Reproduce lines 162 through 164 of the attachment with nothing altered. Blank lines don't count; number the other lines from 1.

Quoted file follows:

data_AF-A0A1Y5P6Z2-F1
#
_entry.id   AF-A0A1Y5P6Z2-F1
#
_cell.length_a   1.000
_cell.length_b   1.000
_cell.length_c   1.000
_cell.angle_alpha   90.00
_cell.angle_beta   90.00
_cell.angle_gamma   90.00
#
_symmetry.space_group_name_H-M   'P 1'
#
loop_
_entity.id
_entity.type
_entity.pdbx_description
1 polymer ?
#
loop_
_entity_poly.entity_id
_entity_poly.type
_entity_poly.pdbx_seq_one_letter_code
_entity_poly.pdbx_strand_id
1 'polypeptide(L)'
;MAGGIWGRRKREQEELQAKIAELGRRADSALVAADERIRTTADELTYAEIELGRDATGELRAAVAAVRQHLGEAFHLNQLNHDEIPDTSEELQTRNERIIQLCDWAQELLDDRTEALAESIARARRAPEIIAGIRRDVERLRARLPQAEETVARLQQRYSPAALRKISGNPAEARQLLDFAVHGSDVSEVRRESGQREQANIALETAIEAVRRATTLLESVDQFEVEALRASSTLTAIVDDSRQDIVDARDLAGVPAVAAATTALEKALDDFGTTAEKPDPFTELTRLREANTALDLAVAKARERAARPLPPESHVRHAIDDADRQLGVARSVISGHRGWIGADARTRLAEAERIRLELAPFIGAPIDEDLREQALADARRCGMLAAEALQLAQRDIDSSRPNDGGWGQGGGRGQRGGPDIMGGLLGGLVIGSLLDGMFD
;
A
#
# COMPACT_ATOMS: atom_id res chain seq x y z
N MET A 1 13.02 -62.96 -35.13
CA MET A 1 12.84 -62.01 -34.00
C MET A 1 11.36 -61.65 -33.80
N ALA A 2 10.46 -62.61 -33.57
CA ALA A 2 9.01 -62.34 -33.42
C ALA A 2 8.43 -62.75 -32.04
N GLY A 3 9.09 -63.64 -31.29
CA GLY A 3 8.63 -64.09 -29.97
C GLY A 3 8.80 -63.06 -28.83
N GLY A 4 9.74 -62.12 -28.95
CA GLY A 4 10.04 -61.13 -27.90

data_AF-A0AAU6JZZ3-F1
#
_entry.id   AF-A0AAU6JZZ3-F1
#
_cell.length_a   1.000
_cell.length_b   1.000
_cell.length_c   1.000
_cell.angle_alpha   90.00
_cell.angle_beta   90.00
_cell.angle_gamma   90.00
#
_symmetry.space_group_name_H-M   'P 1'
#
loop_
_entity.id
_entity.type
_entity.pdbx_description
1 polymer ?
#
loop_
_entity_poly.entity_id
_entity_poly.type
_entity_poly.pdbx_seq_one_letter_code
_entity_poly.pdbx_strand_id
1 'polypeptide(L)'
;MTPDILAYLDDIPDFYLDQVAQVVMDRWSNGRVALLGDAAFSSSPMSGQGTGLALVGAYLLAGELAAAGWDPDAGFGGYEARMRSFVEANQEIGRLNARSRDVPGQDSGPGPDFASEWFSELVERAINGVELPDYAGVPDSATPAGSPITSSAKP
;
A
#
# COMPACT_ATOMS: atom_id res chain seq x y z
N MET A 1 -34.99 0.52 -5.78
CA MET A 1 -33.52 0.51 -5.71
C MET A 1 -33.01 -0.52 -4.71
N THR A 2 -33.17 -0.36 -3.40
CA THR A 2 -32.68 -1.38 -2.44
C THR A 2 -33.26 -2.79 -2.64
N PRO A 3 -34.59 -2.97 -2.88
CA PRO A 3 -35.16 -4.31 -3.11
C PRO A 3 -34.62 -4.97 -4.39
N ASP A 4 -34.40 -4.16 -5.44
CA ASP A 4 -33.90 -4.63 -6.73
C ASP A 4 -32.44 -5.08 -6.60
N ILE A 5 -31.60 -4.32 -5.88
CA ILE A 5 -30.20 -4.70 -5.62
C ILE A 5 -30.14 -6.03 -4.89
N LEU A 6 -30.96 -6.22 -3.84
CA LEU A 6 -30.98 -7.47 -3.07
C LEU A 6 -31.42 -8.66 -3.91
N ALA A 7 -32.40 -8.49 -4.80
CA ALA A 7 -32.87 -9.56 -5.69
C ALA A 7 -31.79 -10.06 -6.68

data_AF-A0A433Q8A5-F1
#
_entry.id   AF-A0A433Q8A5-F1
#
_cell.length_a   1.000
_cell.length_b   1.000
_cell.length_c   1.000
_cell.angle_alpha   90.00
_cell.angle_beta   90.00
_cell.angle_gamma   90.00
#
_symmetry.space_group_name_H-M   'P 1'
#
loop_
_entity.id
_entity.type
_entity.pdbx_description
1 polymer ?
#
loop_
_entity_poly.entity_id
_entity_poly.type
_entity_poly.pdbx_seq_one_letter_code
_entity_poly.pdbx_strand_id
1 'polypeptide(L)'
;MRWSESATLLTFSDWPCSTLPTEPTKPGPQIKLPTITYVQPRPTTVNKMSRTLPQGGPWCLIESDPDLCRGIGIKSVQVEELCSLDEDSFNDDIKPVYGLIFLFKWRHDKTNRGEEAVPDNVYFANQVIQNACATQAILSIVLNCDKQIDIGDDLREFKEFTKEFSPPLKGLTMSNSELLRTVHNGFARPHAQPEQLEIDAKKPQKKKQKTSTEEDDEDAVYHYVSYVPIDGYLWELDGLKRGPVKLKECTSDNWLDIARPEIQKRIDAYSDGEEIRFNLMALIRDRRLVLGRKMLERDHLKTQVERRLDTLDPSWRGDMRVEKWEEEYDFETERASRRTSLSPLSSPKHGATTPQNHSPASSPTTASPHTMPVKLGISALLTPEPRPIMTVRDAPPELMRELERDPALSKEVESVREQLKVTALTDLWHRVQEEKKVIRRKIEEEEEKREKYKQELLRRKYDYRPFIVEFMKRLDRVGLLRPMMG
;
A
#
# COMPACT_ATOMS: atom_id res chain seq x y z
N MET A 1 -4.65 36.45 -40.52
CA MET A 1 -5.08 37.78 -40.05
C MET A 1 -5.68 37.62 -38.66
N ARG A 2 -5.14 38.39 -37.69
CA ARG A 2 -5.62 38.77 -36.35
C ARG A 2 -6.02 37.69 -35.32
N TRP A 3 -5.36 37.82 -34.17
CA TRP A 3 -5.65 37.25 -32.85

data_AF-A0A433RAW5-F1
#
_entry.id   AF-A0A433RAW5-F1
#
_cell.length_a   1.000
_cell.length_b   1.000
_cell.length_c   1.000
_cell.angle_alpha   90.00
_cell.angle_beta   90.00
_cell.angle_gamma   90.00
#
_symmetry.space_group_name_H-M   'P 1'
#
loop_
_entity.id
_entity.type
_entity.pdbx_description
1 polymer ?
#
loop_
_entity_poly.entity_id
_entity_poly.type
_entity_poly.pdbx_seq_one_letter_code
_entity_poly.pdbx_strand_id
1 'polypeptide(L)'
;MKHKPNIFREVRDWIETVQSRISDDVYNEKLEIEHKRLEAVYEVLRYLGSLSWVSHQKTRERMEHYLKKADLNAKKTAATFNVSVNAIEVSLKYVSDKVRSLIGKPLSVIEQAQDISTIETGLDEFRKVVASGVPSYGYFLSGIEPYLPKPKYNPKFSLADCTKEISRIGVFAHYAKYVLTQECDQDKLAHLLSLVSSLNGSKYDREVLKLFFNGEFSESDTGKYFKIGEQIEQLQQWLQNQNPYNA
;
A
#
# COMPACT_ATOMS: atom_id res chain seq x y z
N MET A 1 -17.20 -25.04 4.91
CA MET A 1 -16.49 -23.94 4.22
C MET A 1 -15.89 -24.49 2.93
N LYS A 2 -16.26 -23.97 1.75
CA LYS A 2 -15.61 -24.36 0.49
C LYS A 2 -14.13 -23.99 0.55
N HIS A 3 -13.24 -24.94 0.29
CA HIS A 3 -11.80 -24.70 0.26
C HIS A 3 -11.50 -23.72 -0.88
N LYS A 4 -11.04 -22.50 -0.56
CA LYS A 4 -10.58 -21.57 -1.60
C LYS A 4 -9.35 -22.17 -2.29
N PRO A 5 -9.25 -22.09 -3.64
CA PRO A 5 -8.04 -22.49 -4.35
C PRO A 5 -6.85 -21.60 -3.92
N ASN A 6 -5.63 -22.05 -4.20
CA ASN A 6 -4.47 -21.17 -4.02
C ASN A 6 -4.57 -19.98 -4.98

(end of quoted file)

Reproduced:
CA MET A 1 -16.49 -23.94 4.22
C MET A 1 -15.89 -24.49 2.93
N LYS A 2 -16.26 -23.97 1.75